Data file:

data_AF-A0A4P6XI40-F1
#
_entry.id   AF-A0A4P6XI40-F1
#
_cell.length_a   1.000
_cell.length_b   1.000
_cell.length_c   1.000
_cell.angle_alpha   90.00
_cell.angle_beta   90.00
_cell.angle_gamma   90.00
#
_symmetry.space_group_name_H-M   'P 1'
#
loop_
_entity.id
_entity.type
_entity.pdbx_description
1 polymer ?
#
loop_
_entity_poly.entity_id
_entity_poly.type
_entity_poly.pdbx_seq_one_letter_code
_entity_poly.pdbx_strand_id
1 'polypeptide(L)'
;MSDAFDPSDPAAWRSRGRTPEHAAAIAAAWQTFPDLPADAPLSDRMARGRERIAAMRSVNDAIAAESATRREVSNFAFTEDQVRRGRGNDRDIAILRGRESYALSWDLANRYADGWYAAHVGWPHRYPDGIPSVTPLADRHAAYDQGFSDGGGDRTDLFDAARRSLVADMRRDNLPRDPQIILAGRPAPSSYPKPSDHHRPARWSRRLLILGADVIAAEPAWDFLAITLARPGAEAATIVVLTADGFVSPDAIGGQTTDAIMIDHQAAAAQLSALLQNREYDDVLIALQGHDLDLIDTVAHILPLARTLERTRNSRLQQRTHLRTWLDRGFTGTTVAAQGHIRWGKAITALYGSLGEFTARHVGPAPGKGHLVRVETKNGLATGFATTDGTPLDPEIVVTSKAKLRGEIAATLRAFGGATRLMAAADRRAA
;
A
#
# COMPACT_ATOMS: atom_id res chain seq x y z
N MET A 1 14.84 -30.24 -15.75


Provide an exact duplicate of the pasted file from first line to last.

data_AF-A0A4P6XI40-F1
#
_entry.id   AF-A0A4P6XI40-F1
#
_cell.length_a   1.000
_cell.length_b   1.000
_cell.length_c   1.000
_cell.angle_alpha   90.00
_cell.angle_beta   90.00
_cell.angle_gamma   90.00
#
_symmetry.space_group_name_H-M   'P 1'
#
loop_
_entity.id
_entity.type
_entity.pdbx_description
1 polymer ?
#
loop_
_entity_poly.entity_id
_entity_poly.type
_entity_poly.pdbx_seq_one_letter_code
_entity_poly.pdbx_strand_id
1 'polypeptide(L)'
;MSDAFDPSDPAAWRSRGRTPEHAAAIAAAWQTFPDLPADAPLSDRMARGRERIAAMRSVNDAIAAESATRREVSNFAFTEDQVRRGRGNDRDIAILRGRESYALSWDLANRYADGWYAAHVGWPHRYPDGIPSVTPLADRHAAYDQGFSDGGGDRTDLFDAARRSLVADMRRDNLPRDPQIILAGRPAPSSYPKPSDHHRPARWSRRLLILGADVIAAEPAWDFLAITLARPGAEAATIVVLTADGFVSPDAIGGQTTDAIMIDHQAAAAQLSALLQNREYDDVLIALQGHDLDLIDTVAHILPLARTLERTRNSRLQQRTHLRTWLDRGFTGTTVAAQGHIRWGKAITALYGSLGEFTARHVGPAPGKGHLVRVETKNGLATGFATTDGTPLDPEIVVTSKAKLRGEIAATLRAFGGATRLMAAADRRAA
;
A
#
# COMPACT_ATOMS: atom_id res chain seq x y z
N MET A 1 14.84 -30.24 -15.75